- Hormonal balancing
- Micronutrient supplementation
- Homeopathic therapies for example meditation, acupuncture, and herbal supplementation
Studies have found that many migraines are caused by a small misalignment or subluxation in the spine. When vertebrae are misaligned, the surrounding muscles become inflamed and irritated. Chiropractic adjustments correct misalignments that may be causing migraine pain as well as
improve posture for better overall health. Chiropractic adjustments are not only excellent for helping reduce the severity of migraines, but regular chiropractic care can also help reduce the frequency of these migraines as well.
When it comes to migraines, some individuals have been found to have low brain energy levels caused by a deficit in mitochondrial energy metabolism. Mitochondria are present in most cells and are responsible for the biochemical processes of respiration and energy production. Energy metabolism is the process by which the calories found in fats, sugars, and proteins (aka macronutrients) is converted into energy for the body to utilize, called ATP. Individuals with migraines have shown decreased brain mitochondrial energy reserves between attacks. Randomized control trials found that over half of migraine sufferers experienced a 50% reduction in headache frequency with Riboflavin (Vitamin B2) supplementation.
Many studies have found that mind-body techniques can be useful in easing chronic pain such as migraines. There are many types of meditation, so you’re sure to find one that works best for you. The key is to practice daily, so you are prepared for future migraines. Researchers are trying to learn more about what exactly happens in the body during meditation. Since many headaches are caused or aggravated by stress, tension, and anxiety, mind-body techniques like meditation may relieve headaches simply by alleviating underlying stress. Here are a few different methods to google and try:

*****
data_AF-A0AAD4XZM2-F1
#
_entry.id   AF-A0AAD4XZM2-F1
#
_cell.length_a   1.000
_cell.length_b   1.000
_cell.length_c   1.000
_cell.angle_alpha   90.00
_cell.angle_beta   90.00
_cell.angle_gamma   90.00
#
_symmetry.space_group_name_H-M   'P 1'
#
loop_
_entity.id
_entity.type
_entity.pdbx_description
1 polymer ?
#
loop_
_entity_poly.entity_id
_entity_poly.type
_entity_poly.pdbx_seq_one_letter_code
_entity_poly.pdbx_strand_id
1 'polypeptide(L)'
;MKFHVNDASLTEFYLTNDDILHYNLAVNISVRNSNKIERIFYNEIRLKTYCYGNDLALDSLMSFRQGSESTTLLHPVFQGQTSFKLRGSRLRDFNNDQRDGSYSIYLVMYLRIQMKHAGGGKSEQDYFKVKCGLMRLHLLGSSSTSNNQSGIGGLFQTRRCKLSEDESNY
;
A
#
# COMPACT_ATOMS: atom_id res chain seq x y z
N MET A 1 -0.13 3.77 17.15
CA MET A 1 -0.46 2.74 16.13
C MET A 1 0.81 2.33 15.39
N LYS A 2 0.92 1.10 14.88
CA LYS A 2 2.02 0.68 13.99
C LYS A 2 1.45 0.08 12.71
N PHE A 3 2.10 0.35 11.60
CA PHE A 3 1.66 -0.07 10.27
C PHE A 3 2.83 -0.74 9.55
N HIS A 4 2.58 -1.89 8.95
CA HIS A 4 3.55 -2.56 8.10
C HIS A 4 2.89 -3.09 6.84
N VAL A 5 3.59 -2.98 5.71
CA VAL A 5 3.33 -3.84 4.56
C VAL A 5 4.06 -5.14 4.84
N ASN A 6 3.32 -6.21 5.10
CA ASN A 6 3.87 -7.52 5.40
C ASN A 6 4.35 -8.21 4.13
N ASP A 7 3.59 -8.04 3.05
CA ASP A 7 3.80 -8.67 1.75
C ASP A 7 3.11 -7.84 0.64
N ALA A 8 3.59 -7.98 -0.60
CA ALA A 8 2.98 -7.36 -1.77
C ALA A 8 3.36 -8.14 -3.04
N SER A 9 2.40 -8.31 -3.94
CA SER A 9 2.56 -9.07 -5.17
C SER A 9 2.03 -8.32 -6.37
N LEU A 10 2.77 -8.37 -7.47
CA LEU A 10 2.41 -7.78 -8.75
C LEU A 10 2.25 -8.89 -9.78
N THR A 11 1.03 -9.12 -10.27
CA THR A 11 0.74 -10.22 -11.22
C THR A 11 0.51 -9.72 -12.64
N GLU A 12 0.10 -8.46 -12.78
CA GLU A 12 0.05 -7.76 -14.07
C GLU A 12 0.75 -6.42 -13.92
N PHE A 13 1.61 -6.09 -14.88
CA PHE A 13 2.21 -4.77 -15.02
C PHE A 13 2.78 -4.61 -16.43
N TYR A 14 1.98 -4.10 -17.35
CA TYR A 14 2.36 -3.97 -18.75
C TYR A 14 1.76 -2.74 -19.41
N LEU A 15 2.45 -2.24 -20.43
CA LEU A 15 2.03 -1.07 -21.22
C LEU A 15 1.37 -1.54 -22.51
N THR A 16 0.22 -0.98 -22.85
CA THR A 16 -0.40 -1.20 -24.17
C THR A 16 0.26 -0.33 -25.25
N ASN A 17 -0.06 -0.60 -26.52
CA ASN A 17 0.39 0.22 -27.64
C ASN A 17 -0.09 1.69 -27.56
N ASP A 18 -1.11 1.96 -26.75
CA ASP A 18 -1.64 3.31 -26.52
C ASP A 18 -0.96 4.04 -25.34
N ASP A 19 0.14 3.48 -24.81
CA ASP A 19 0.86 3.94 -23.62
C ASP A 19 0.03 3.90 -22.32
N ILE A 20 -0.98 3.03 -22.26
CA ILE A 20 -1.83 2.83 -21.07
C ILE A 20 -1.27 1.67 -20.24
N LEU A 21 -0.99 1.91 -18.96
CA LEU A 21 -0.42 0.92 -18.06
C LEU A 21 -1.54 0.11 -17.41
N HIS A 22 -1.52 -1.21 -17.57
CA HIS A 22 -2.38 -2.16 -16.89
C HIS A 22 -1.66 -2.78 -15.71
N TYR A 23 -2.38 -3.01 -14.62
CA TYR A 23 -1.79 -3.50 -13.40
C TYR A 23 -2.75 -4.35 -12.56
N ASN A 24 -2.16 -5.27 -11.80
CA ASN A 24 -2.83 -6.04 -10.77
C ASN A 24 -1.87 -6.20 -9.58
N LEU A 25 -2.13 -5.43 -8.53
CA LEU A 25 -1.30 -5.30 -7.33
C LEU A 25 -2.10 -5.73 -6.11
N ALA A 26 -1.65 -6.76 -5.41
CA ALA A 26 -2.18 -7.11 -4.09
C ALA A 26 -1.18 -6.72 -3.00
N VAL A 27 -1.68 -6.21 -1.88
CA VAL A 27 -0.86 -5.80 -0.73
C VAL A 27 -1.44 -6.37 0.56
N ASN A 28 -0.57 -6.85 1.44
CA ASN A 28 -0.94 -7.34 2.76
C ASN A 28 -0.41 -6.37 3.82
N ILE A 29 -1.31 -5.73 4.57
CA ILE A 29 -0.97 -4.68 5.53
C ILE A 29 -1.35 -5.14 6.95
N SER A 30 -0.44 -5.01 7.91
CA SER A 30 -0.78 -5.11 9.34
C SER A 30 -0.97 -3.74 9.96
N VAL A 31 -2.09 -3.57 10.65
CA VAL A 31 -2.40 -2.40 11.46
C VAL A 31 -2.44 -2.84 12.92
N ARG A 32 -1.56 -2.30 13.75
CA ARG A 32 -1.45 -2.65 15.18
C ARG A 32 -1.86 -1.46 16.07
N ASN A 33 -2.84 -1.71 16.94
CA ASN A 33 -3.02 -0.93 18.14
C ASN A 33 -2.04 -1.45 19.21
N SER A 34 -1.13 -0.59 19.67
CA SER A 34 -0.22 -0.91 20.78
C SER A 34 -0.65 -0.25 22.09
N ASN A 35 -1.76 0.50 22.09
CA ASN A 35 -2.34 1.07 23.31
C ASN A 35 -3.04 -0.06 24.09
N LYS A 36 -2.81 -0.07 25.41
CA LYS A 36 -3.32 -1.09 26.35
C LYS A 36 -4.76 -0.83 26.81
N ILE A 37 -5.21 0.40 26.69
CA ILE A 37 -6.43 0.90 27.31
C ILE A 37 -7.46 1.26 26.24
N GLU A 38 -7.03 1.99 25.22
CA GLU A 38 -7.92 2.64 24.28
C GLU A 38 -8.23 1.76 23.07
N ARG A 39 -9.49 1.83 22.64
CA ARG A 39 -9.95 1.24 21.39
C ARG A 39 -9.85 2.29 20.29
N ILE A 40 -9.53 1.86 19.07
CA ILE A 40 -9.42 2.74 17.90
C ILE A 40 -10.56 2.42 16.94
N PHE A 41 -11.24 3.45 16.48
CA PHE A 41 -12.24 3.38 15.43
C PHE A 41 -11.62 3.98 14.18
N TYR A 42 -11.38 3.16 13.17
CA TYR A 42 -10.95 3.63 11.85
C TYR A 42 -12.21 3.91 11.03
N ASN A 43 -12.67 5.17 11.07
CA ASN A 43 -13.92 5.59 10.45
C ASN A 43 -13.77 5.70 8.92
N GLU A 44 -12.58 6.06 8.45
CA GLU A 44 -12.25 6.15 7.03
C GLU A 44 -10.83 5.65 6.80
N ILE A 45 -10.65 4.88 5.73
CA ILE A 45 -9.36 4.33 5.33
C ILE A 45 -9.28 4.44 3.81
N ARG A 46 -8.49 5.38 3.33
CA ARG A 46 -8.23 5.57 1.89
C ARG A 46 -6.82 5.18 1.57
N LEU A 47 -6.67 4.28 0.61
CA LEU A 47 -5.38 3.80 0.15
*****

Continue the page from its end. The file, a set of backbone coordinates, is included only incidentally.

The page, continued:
Natural Pain Relievers
If pain does strike, and you find yourself in needing something to ease the pain. Here are a couple of Natural Pain Relievers
Aromatherapy has been known to relieve the symptoms of migraines, and so it’s useful to have essential oils on hand whenever the onset of a migraine looms.
Essential oils can be applied to the skin or inhaled by means of diffusing. Although it’s called aromatherapy, it’s not just the aroma that’s therapeutic. Essential oils also directly interact with body chemistry, affecting nearly all of the organ systems.
Peppermint, lavender and eucalyptus oils, in particular, are known to be very effective in combating migraines. Here is a quick and easy way to add them to your treatment routine:
- Combine 2 teaspoons of fractionated coconut oil with 1 – 2 drops each of Lavender and Eucalyptus essential oils in a small bowl.
- Gently stir the ingredients with a spoon until well-mixed.
- Massage the mixture onto the skin, focusing on areas where your headache is. Don’t forget to massage other tense areas that may be contributing to your headaches, including the neck, shoulders, upper back, and pectoral muscles.
- Relax and Enjoy!
NB: And as always, I am not a medical doctor and the above post is based on my experience. No information on this site should be relied upon to make a medical diagnosis, treat, prevent or cure any disease or medical condition.